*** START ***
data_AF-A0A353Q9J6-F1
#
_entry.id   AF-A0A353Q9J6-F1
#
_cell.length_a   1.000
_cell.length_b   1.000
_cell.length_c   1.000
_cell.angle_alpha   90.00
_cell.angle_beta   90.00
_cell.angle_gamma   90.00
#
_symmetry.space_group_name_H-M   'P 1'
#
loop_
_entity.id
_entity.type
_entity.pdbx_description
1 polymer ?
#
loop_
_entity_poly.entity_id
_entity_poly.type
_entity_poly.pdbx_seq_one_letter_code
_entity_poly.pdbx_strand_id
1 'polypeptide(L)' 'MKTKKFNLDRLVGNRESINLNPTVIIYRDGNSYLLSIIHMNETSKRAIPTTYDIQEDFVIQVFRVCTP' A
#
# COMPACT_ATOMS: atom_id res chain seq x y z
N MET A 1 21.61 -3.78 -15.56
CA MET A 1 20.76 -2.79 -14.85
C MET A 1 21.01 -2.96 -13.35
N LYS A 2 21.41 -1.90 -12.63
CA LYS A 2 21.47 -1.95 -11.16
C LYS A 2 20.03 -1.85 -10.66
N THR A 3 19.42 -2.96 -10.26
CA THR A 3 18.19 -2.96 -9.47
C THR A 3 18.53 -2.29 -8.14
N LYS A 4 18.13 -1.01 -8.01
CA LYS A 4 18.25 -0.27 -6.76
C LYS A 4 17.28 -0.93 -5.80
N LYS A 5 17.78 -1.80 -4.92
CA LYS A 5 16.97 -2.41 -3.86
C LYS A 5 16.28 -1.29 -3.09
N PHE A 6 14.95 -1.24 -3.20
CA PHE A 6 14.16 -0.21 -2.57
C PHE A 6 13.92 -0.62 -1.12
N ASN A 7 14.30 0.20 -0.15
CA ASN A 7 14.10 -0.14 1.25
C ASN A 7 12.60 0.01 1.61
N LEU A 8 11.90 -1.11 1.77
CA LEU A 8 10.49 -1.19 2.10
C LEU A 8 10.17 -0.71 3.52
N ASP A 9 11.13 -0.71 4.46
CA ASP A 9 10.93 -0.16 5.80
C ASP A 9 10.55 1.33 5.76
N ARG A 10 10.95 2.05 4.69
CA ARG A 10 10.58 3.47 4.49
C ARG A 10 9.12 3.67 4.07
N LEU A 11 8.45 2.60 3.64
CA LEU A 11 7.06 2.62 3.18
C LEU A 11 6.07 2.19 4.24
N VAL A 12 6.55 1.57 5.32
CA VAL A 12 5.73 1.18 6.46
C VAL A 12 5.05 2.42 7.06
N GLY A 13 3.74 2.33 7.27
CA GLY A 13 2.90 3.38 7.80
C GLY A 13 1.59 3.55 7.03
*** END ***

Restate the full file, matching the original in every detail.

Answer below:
data_AF-A0A353Q9J6-F1
#
_entry.id   AF-A0A353Q9J6-F1
#
_cell.length_a   1.000
_cell.length_b   1.000
_cell.length_c   1.000
_cell.angle_alpha   90.00
_cell.angle_beta   90.00
_cell.angle_gamma   90.00
#
_symmetry.space_group_name_H-M   'P 1'
#
loop_
_entity.id
_entity.type
_entity.pdbx_description
1 polymer ?
#
loop_
_entity_poly.entity_id
_entity_poly.type
_entity_poly.pdbx_seq_one_letter_code
_entity_poly.pdbx_strand_id
1 'polypeptide(L)' 'MKTKKFNLDRLVGNRESINLNPTVIIYRDGNSYLLSIIHMNETSKRAIPTTYDIQEDFVIQVFRVCTP' A
#
# COMPACT_ATOMS: atom_id res chain seq x y z
N MET A 1 21.61 -3.78 -15.56
CA MET A 1 20.76 -2.79 -14.85
C MET A 1 21.01 -2.96 -13.35
N LYS A 2 21.41 -1.90 -12.63
CA LYS A 2 21.47 -1.95 -11.16
C LYS A 2 20.03 -1.85 -10.66
N THR A 3 19.42 -2.96 -10.26
CA THR A 3 18.19 -2.96 -9.47
C THR A 3 18.53 -2.29 -8.14
N LYS A 4 18.13 -1.01 -8.01
CA LYS A 4 18.25 -0.27 -6.76
C LYS A 4 17.28 -0.93 -5.80
N LYS A 5 17.78 -1.80 -4.92
CA LYS A 5 16.97 -2.41 -3.86
C LYS A 5 16.28 -1.29 -3.09
N PHE A 6 14.95 -1.24 -3.20
CA PHE A 6 14.16 -0.21 -2.57
C PHE A 6 13.92 -0.62 -1.12
N ASN A 7 14.30 0.20 -0.15
CA ASN A 7 14.10 -0.14 1.25
C ASN A 7 12.60 0.01 1.61
N LEU A 8 11.90 -1.11 1.77
CA LEU A 8 10.49 -1.19 2.10
C LEU A 8 10.17 -0.71 3.52
N ASP A 9 11.13 -0.71 4.46
CA ASP A 9 10.93 -0.16 5.80
C ASP A 9 10.55 1.33 5.76
N ARG A 10 10.95 2.05 4.69
CA ARG A 10 10.58 3.47 4.49
C ARG A 10 9.12 3.67 4.07
N LEU A 11 8.45 2.60 3.64
CA LEU A 11 7.06 2.62 3.18
C LEU A 11 6.07 2.19 4.24
N VAL A 12 6.55 1.57 5.32
CA VAL A 12 5.73 1.18 6.46
C VAL A 12 5.05 2.42 7.06
N GLY A 13 3.74 2.33 7.27
CA GLY A 13 2.90 3.38 7.80
C GLY A 13 1.59 3.55 7.03